A Bilingual Poem for #WriteMyCommunity
When I was eight, I remember staring out the car window and thinking about the disconnect between my world and the world of my Spanish-speaking neighbors who lived only a freeway exit away. No one in my family spoke Spanish, but I wanted to. In California, Spanish is the song of street signs and city names. It’s the voice of a history I wanted to hear, and neighbors I wanted to understand.
This was the beginning of what has become my life-long commitment to crossing borders of expectation and history, and the core of my work ensuring ELL students excel in schools. At the root of what drives me is humble curiosity, and the belief that stepping beyond our comfort zones is essential for creating a better world.
In honor of the National Day on Writing, I’m posting a poem on this year’s theme: community. I wrote this in my second language, Spanish, then translated it into English. It was first published on Sonoma County Transit Buses as part of a bilingual “Poetry on the Bus” campaign.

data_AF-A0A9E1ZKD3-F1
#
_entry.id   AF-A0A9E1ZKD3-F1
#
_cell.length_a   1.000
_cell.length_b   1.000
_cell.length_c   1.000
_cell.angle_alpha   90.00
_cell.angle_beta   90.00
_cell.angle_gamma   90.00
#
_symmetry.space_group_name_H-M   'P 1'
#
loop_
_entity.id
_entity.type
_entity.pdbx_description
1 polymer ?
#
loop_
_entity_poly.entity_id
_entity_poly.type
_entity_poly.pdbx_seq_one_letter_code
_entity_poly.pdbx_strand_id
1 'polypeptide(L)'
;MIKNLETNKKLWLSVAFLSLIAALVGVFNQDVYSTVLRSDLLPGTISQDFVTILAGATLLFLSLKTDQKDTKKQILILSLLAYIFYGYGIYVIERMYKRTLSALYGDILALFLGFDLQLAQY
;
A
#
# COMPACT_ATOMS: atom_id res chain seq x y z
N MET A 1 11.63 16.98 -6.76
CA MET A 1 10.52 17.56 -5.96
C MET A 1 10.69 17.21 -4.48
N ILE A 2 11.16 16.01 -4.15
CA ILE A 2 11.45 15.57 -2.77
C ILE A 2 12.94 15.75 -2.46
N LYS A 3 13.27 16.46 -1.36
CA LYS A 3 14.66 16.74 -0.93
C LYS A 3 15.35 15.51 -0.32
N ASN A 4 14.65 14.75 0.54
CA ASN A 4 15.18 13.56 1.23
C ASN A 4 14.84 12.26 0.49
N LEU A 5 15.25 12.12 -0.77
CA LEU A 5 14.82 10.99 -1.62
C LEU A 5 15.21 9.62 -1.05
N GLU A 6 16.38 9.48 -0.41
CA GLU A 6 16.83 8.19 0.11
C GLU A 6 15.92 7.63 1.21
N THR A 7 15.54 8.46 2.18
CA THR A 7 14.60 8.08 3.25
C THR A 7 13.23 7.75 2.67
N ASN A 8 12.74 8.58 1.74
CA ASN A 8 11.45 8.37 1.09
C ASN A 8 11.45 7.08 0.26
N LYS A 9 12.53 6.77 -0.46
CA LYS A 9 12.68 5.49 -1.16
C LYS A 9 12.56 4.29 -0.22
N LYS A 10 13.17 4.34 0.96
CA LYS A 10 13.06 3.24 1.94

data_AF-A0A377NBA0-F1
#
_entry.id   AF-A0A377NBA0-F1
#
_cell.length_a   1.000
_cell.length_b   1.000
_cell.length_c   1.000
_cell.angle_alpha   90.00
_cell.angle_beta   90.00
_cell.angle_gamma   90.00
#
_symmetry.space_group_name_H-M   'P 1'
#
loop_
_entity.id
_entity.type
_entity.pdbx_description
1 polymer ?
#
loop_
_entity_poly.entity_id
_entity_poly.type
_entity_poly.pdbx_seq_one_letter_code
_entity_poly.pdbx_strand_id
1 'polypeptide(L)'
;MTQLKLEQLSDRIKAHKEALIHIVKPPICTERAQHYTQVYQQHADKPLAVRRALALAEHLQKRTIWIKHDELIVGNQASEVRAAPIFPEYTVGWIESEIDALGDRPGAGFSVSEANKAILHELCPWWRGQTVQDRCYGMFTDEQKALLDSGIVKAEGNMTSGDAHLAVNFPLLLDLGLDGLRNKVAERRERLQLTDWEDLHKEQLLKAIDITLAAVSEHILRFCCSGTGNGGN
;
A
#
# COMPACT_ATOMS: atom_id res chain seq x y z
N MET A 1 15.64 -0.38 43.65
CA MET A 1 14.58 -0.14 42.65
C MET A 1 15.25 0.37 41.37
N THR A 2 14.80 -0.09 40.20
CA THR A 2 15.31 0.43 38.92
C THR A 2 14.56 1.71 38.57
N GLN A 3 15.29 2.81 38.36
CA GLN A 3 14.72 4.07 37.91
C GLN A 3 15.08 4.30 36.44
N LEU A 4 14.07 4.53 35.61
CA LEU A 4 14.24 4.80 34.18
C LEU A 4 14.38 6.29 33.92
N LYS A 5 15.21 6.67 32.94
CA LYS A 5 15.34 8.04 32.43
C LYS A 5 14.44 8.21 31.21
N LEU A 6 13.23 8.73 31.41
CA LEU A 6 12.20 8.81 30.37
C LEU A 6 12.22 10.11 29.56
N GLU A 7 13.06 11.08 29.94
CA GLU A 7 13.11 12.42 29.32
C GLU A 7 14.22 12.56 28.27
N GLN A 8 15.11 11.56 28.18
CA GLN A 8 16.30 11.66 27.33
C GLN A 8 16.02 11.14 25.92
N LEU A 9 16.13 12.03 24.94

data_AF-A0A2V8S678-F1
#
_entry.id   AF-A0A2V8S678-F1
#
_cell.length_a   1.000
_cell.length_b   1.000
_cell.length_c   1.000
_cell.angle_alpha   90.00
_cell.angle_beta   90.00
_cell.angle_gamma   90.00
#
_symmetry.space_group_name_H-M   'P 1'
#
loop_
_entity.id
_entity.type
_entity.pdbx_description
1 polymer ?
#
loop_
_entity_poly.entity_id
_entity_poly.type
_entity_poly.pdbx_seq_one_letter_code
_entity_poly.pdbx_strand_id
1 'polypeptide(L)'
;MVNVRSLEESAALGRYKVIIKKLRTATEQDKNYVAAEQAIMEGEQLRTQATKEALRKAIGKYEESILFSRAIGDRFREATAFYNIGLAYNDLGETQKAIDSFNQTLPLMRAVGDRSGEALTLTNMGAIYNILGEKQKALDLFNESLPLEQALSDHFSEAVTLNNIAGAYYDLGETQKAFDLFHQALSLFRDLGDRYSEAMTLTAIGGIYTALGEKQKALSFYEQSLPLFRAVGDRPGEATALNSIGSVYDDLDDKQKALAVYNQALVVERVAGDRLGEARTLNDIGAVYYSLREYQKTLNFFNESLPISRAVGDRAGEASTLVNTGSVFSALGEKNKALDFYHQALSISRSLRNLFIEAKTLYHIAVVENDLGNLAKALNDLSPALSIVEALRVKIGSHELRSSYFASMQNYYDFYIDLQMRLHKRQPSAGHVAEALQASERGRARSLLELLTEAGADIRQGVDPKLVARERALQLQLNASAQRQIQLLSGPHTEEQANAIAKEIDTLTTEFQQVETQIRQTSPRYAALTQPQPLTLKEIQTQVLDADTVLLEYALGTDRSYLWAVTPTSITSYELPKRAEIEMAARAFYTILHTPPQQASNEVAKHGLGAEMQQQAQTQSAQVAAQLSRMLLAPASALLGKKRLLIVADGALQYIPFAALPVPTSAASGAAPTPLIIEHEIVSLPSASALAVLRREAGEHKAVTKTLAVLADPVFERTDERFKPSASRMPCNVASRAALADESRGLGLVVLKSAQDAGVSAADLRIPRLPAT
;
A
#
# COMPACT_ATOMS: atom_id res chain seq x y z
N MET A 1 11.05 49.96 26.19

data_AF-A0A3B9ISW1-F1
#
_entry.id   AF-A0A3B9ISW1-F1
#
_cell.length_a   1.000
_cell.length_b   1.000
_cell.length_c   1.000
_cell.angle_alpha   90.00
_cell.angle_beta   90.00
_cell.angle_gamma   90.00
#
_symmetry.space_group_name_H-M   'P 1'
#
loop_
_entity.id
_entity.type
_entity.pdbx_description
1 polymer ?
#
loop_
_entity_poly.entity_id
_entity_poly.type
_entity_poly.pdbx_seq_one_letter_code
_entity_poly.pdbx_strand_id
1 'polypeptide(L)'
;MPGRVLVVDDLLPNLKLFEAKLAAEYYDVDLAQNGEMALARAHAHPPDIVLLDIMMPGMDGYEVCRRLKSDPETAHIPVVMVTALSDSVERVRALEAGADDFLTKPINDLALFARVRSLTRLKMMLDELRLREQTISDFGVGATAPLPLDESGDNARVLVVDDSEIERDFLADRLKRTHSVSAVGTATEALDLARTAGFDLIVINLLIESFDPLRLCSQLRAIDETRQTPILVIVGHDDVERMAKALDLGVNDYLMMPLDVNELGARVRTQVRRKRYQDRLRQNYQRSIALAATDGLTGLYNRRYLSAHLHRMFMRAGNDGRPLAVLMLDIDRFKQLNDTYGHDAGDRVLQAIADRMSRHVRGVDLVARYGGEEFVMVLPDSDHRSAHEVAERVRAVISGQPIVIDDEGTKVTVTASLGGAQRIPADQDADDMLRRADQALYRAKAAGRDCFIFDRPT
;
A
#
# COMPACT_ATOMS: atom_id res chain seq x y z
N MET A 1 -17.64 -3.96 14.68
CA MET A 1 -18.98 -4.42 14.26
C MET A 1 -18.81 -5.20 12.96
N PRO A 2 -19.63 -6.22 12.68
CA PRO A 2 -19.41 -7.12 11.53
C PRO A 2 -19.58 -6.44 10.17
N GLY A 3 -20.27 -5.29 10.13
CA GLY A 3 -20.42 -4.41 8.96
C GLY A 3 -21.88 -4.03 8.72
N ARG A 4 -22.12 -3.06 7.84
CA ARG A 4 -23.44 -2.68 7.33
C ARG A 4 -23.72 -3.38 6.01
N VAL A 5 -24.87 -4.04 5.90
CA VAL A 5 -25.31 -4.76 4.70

Por Tonya Ward Singer
Viajamos solos en un autobús atestado
guardando el silencio de la piel que nos divide,
lado a lado evitando la conexión visual.
Por los colores borrosos de la ventana,
busco el valor de expresarme en su idioma
y cruzar la frontera de nuestra historia y expectación.
Entre los árboles islados las raíces se entrelazan
nutriendo lo que no podemos ver.
Blancos. Latinos. Negros. Asianos. Somos inmigrantes todos
atravesando los límites para una California mejor.
On a crowded bus, we travel alone
guarding the silence of our separate skin
side-by-side avoiding each others’ eyes.
In the blurred window colors,
I seek courage to speak your language
to cross the borders of expectation and history.
Between isolated trees, roots entwine
nourishing what we don’t look to see.
Caucasians. Latinos. Blacks. Asians. We are all immigrants
crossing boundaries to make California home.
* * * *
What connections do you want to build in your community?
How will you begin?
Photo Credit: City of Sausalito by Jorge from Brazil (2013) (CC-BY 2.0)